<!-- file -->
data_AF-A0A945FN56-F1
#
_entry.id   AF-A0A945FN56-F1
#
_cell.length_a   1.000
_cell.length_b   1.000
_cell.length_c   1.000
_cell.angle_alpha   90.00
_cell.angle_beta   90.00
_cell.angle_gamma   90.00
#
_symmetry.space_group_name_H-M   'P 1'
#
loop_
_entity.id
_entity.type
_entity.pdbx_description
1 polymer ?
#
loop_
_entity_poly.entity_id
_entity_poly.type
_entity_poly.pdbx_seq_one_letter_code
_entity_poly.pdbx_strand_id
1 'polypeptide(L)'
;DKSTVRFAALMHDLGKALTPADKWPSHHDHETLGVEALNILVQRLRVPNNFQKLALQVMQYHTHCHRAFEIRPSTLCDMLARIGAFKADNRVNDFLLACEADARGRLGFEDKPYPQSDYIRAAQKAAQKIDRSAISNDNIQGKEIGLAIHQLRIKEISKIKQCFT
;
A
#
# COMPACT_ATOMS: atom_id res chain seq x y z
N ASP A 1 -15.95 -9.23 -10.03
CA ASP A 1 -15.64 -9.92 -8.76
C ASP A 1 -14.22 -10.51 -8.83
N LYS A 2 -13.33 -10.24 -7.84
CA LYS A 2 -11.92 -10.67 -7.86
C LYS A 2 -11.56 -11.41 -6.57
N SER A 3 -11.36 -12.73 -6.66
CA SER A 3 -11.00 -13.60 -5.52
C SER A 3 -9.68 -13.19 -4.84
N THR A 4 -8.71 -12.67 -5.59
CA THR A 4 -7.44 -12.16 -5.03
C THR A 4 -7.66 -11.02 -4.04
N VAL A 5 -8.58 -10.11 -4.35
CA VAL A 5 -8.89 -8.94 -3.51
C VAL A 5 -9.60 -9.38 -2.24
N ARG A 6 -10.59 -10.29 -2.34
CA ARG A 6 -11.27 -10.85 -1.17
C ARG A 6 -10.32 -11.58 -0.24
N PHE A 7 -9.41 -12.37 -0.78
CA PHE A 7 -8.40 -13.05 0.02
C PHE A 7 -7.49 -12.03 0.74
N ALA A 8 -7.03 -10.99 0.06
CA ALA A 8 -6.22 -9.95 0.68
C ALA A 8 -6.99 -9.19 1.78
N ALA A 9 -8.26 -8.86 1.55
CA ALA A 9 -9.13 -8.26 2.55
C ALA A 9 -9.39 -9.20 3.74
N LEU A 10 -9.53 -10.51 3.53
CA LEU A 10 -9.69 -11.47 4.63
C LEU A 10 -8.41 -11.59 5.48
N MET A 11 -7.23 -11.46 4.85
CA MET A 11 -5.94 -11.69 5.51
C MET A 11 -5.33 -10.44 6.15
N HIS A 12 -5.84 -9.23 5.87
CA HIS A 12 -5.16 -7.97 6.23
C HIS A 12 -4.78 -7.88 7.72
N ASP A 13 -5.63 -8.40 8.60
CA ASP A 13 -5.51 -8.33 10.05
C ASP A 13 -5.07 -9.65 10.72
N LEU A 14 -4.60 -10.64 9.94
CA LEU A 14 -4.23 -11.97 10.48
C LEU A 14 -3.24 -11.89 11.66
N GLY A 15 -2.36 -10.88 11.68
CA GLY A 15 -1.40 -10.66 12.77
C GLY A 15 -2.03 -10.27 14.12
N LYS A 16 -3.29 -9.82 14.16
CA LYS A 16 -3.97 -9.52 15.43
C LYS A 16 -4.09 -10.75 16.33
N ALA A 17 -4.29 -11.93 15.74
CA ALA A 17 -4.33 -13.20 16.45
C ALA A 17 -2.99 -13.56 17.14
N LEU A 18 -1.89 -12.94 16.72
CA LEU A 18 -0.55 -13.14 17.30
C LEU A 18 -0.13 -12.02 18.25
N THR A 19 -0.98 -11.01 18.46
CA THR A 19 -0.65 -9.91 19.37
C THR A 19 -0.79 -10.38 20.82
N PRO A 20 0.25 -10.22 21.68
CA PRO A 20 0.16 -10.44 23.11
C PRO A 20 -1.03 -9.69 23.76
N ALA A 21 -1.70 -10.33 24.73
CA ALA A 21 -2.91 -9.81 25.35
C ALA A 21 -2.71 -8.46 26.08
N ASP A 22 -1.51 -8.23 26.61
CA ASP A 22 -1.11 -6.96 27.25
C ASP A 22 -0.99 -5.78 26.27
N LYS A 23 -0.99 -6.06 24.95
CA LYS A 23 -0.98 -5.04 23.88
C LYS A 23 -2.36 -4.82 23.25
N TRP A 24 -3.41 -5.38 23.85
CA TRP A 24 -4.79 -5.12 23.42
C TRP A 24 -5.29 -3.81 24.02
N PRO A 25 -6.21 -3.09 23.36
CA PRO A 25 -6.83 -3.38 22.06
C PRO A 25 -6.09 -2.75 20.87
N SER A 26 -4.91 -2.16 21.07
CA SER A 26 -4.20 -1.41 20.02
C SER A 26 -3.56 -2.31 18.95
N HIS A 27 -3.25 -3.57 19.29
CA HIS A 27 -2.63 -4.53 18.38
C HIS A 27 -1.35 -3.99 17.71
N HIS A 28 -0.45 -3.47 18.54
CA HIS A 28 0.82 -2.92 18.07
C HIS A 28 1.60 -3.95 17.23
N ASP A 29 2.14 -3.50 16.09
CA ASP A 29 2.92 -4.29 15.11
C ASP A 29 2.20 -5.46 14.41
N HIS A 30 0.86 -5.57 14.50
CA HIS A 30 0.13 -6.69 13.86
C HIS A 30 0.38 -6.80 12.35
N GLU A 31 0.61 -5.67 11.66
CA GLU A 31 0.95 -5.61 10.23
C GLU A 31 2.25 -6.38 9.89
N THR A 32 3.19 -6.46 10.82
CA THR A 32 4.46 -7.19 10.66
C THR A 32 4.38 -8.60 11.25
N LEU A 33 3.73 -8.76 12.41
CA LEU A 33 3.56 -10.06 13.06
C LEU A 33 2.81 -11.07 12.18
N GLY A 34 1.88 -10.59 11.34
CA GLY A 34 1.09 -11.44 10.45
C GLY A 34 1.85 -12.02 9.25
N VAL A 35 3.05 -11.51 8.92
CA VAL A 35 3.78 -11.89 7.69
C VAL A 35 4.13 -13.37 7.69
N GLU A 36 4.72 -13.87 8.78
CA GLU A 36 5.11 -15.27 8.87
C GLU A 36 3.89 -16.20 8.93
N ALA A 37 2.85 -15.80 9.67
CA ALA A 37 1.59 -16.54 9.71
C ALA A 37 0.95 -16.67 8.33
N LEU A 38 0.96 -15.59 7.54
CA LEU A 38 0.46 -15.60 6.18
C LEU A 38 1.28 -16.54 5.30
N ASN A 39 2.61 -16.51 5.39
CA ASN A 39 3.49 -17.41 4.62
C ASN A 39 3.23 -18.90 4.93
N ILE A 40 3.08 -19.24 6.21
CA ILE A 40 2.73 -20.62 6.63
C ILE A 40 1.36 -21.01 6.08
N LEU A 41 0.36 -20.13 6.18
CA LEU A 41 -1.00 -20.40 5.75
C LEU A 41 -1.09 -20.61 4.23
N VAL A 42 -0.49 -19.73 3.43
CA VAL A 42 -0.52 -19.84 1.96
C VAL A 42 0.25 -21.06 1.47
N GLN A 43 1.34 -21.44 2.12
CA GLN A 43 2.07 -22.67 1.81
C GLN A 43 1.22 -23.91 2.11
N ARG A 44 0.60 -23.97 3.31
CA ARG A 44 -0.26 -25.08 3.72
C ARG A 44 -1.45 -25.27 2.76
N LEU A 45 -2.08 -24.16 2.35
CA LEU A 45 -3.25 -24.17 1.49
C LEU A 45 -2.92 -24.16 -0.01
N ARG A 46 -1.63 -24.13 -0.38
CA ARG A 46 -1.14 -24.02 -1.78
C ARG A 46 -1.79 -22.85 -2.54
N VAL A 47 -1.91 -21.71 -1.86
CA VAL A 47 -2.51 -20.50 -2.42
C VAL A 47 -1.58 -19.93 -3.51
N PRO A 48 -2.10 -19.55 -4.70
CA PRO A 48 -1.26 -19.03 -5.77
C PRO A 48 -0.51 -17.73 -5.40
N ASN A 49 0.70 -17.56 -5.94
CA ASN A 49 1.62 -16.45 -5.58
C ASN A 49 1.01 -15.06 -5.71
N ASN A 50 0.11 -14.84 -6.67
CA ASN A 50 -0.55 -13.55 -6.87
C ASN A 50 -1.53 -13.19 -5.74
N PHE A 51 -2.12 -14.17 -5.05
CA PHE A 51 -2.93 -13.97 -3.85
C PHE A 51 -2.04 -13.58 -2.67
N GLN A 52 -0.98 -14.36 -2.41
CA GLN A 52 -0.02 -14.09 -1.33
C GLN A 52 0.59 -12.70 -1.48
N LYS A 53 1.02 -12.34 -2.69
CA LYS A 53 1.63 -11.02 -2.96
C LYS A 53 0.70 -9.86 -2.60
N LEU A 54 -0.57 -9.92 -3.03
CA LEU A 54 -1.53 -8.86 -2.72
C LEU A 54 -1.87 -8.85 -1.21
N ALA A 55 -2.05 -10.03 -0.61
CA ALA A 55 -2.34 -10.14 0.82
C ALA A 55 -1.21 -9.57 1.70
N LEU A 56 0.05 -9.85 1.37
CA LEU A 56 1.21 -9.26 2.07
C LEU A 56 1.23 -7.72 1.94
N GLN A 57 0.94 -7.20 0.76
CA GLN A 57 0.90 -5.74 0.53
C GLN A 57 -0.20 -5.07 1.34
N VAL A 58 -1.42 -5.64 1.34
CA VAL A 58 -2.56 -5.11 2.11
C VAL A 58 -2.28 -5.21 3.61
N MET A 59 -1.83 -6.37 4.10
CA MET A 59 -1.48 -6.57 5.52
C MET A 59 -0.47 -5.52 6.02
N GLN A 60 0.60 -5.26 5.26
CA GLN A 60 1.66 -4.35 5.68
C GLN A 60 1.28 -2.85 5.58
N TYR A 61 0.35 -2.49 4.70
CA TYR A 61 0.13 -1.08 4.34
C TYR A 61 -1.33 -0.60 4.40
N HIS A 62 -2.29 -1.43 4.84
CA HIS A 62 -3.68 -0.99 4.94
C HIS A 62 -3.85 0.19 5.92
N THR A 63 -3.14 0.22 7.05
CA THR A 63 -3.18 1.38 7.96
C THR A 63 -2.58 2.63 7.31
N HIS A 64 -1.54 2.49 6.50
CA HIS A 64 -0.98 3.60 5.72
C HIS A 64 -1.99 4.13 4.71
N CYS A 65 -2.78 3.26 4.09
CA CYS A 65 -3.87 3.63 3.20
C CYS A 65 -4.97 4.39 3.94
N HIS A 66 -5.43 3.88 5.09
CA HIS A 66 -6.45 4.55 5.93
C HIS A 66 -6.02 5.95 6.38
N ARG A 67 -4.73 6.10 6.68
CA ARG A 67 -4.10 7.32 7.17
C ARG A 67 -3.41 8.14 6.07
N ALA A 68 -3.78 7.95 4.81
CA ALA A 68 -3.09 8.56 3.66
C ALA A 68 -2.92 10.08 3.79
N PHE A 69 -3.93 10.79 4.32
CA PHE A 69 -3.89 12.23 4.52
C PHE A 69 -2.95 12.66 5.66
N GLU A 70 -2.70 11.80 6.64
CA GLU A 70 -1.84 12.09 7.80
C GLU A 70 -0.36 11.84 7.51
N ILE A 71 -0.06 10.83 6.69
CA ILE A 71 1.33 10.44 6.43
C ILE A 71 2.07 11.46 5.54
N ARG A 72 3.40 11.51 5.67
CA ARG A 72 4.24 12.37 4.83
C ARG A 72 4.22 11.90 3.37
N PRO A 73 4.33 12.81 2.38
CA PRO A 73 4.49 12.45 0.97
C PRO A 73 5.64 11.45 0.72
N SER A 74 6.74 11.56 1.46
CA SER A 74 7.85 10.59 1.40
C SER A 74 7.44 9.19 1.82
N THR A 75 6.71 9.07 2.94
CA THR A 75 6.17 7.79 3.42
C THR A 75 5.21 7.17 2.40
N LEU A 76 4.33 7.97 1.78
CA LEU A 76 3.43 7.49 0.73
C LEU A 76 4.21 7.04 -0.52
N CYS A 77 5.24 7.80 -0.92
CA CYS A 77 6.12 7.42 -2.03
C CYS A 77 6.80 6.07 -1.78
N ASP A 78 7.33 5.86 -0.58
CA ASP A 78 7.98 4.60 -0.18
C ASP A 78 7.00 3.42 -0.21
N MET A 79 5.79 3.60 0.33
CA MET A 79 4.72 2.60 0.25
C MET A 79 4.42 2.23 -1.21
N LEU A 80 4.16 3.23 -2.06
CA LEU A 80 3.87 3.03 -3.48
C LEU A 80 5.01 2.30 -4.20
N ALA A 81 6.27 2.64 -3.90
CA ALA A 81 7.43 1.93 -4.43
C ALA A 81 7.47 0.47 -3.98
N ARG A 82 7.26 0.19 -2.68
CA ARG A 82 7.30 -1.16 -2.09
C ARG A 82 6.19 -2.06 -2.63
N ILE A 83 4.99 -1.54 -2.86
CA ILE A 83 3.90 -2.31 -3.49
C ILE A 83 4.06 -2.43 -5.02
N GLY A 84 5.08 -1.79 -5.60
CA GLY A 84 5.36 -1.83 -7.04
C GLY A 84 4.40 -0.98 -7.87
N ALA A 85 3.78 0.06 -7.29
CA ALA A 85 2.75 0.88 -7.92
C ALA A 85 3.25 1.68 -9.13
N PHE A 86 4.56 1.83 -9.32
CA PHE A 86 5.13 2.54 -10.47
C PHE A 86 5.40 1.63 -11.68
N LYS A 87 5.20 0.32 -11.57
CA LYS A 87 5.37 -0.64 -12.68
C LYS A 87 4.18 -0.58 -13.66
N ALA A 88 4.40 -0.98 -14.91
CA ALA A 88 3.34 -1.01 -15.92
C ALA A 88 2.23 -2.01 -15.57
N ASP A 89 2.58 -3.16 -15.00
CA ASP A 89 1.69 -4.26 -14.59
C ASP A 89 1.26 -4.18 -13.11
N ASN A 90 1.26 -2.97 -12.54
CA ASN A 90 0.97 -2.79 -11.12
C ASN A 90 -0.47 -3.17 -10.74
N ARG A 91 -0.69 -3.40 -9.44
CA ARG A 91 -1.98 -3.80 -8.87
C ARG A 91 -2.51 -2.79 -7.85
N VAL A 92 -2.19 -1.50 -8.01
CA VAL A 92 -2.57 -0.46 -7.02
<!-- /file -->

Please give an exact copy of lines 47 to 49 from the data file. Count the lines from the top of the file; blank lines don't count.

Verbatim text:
CA ARG A 6 -11.27 -10.85 -1.17
C ARG A 6 -10.32 -11.58 -0.24
N PHE A 7 -9.41 -12.37 -0.78